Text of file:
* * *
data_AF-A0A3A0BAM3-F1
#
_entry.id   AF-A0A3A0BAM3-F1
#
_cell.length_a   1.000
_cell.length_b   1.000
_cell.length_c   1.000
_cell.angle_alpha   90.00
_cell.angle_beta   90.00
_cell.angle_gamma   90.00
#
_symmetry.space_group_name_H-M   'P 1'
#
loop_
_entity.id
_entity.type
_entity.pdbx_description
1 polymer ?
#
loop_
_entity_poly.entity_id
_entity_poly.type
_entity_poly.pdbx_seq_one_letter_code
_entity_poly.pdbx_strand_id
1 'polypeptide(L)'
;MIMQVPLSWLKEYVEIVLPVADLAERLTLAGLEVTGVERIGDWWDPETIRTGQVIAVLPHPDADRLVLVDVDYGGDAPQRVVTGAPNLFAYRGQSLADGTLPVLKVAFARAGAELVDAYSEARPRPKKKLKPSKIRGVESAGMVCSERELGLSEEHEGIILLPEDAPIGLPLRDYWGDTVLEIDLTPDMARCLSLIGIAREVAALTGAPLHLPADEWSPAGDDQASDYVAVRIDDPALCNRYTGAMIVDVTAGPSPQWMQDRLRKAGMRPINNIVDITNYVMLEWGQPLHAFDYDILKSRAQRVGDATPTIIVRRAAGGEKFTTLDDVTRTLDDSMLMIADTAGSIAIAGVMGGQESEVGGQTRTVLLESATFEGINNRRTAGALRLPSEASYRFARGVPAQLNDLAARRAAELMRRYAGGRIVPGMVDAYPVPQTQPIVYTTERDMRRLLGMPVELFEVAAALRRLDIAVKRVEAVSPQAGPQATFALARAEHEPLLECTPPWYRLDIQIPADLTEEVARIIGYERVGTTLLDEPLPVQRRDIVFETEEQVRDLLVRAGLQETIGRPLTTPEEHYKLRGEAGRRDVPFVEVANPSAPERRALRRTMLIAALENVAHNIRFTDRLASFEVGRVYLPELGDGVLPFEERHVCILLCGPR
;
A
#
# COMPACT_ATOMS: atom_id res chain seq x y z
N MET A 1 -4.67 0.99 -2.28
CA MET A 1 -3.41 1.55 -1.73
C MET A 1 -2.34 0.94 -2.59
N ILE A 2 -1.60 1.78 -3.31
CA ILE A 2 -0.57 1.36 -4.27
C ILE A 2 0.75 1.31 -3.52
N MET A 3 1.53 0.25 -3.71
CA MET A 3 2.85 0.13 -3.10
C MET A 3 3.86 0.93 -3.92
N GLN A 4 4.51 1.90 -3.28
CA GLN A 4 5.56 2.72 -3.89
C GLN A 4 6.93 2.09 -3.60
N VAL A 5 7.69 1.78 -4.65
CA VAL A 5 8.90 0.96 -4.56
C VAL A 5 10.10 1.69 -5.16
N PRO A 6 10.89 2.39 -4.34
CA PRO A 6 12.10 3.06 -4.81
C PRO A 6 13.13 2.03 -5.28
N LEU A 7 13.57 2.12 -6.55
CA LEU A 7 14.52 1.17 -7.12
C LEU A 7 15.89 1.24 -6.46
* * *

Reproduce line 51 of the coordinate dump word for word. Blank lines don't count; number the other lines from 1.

C LEU A 7 15.89 1.24 -6.46